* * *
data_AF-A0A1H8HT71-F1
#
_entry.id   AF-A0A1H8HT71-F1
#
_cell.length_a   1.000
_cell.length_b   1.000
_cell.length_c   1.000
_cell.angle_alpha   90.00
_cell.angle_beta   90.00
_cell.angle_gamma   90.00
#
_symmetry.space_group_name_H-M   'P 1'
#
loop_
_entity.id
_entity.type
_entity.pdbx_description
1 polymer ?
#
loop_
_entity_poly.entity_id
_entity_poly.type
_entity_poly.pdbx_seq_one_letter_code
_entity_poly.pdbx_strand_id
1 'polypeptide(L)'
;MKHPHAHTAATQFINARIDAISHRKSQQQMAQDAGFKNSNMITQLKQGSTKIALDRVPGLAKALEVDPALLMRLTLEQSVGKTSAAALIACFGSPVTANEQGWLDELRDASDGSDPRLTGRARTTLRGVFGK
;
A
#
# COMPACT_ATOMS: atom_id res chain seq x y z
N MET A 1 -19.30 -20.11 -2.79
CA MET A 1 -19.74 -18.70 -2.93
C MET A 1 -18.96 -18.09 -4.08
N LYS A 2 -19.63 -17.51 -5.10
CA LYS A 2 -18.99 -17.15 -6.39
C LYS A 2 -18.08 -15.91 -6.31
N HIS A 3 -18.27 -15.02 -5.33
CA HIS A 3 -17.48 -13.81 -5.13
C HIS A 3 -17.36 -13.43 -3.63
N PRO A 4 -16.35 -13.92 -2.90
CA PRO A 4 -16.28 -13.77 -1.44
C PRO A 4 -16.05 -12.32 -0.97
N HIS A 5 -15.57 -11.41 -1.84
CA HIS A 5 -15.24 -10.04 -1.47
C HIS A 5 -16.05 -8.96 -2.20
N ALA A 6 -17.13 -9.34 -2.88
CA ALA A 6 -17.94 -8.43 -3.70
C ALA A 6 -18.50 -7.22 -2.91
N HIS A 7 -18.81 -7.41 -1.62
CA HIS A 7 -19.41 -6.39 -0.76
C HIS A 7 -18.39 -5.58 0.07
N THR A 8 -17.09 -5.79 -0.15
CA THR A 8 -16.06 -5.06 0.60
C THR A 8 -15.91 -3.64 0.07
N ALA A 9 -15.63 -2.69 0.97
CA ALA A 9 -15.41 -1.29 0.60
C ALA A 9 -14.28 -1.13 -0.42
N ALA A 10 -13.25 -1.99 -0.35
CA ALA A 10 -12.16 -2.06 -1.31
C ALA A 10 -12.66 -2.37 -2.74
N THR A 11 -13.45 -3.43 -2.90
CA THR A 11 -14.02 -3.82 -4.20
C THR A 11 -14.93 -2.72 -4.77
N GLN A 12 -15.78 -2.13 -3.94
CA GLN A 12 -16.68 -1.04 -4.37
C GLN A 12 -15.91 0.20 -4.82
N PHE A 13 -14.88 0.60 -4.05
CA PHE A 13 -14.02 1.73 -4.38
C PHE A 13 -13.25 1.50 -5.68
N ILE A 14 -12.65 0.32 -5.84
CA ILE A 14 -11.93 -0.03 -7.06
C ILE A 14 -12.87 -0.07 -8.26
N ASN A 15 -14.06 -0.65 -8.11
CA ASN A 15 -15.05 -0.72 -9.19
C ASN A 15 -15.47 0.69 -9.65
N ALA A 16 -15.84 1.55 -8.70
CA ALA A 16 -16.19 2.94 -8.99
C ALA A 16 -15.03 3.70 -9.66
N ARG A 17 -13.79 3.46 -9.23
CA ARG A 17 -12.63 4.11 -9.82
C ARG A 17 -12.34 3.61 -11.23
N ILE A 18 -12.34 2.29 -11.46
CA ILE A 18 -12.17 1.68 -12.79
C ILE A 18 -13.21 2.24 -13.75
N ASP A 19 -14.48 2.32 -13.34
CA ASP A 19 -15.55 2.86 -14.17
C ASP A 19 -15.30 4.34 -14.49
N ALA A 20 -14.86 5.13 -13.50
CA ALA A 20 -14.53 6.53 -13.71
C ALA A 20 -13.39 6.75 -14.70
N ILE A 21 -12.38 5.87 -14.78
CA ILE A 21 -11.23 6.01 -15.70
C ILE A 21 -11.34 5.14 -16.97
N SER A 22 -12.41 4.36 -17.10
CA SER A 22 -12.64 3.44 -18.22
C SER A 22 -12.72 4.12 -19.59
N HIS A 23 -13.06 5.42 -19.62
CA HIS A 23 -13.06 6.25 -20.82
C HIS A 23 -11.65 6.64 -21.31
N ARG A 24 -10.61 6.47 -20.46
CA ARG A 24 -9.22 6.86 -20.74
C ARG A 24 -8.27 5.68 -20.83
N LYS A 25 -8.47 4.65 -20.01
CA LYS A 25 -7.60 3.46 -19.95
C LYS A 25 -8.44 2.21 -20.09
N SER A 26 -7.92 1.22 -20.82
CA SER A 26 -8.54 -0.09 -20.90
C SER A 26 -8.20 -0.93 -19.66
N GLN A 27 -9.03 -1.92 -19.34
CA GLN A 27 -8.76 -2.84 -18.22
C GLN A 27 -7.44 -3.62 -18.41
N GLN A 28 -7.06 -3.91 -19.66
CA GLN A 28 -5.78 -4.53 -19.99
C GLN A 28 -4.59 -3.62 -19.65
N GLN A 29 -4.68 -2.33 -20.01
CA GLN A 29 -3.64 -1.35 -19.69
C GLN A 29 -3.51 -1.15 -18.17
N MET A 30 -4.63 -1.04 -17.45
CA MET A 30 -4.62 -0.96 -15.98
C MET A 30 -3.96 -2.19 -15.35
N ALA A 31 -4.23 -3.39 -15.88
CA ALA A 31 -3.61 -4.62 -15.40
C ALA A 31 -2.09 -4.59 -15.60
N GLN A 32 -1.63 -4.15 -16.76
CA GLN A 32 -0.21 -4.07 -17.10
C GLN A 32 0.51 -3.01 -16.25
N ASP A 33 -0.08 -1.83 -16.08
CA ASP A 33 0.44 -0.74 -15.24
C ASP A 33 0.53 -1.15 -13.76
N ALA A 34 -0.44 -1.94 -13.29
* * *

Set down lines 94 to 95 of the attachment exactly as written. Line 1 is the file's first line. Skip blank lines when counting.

N SER A 22 -12.41 4.36 -17.10
CA SER A 22 -12.64 3.44 -18.22